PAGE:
People who study the real world, including historians and scientists, may find that the reality of the Internet changes how they think. But those of us who study symbolic systems, including philosophers and literary critics, find in the Internet another yet another symbolic system, albeit a humdinger, that yields — spectacularly, I must say — to our accustomed modes of inquiry.
Anyway, a new symbolic order need not disrupt Truth, wherever Truth may now be said to reside (Neurons? Climate change? Atheism?). Certainly to those of us who read more novels than MRIs, the Internet — and especially the World Wide Web —looks like what we know: a fictional world made mostly of words.
Philosophers and critics must only be careful, as we are trained to be careful, not to mistake this new, highly stylized and artificial order, the Internet, for reality itself. After all, all cultural forms and conceits that gain currency and influence — epic poetry, the Catholic mass, the British empire, photography —do so by purporting to be reality, to be transparent, to represent or proscribe life as it really is. As an arrangement of interlocking high, pop and folk art forms, the Internet is no different. This ought to be especially clear when what's meant by "the Internet" is that mostly comic, intensely commercial bourgeois space known as the World Wide Web.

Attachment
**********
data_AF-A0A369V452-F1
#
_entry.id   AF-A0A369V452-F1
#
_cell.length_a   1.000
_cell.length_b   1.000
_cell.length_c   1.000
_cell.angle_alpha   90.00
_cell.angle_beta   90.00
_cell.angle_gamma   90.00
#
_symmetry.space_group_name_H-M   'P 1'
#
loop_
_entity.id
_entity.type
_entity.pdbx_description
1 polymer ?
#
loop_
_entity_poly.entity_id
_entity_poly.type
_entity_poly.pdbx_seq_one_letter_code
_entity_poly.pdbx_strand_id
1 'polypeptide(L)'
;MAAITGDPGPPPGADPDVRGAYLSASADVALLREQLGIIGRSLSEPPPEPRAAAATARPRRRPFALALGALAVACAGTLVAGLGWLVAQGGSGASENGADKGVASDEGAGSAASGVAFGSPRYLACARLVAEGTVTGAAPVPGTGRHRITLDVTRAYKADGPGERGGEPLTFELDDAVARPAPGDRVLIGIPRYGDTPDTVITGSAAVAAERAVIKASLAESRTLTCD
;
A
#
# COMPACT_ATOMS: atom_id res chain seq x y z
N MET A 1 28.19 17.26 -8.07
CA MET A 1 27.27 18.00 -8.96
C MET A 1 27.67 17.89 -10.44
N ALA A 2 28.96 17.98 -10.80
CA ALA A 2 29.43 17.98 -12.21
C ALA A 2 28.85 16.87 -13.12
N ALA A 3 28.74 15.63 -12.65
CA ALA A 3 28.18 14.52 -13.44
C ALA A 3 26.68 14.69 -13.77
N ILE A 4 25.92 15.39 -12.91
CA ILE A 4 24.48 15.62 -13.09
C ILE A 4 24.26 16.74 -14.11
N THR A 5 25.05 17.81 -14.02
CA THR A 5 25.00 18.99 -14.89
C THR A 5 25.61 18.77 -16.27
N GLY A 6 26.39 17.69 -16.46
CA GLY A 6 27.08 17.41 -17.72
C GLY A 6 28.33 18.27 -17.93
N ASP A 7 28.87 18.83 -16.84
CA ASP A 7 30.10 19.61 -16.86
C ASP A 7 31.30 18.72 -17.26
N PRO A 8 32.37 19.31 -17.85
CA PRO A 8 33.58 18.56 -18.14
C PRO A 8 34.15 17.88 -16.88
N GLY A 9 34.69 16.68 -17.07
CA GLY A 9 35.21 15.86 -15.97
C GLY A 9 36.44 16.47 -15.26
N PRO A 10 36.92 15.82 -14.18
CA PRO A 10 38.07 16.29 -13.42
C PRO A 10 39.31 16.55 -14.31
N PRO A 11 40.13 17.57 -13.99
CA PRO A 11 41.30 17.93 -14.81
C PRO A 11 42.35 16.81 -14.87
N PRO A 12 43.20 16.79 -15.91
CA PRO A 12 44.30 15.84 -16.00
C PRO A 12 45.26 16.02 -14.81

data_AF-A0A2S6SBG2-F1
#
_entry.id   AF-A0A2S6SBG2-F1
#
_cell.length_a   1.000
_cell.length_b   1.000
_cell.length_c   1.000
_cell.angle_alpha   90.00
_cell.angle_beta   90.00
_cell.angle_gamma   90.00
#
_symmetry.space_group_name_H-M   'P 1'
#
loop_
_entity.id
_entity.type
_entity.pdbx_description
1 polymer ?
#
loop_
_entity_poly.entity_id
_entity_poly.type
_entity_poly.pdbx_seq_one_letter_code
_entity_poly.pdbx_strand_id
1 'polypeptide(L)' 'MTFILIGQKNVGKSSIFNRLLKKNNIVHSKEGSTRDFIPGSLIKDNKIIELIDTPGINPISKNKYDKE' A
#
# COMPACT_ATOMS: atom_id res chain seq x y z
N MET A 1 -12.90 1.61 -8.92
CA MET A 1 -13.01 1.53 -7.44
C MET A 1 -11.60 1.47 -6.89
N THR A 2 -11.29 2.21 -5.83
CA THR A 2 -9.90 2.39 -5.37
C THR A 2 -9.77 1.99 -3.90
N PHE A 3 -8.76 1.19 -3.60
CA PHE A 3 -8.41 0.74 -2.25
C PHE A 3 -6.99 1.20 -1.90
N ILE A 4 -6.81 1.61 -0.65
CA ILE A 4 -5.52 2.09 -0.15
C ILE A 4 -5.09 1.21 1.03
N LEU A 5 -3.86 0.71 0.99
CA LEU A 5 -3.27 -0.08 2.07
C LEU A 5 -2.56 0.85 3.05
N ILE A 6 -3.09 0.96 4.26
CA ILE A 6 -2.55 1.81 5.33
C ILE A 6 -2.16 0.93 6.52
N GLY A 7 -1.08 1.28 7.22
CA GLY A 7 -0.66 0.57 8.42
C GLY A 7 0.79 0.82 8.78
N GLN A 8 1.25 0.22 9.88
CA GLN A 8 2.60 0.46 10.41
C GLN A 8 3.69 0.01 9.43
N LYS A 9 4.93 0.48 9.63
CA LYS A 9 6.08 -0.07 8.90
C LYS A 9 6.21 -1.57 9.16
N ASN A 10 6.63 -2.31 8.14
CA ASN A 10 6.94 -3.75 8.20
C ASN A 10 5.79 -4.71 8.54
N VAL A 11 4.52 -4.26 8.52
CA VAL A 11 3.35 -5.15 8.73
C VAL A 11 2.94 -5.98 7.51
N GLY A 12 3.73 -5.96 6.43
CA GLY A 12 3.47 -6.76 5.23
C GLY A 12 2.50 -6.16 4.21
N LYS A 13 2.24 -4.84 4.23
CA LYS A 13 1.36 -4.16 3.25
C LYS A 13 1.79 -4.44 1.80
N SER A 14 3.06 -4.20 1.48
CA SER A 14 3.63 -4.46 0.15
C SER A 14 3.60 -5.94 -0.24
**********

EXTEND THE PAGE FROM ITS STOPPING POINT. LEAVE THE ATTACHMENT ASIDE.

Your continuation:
We who have determinedly kept our heads while suffrage, the Holocaust, the highway system, Renaissance perspective, coeducation, the Pill, household appliances, the moon landing, the Kennedy assassination and rock 'n' roll were supposed to change existence forever, cannot falter now. Instead of theatrically changing our thinking, this time, we must keep our heads, which means — to me — that we must keep on reading and not mistake new texts for new worlds, or new forms for new brains.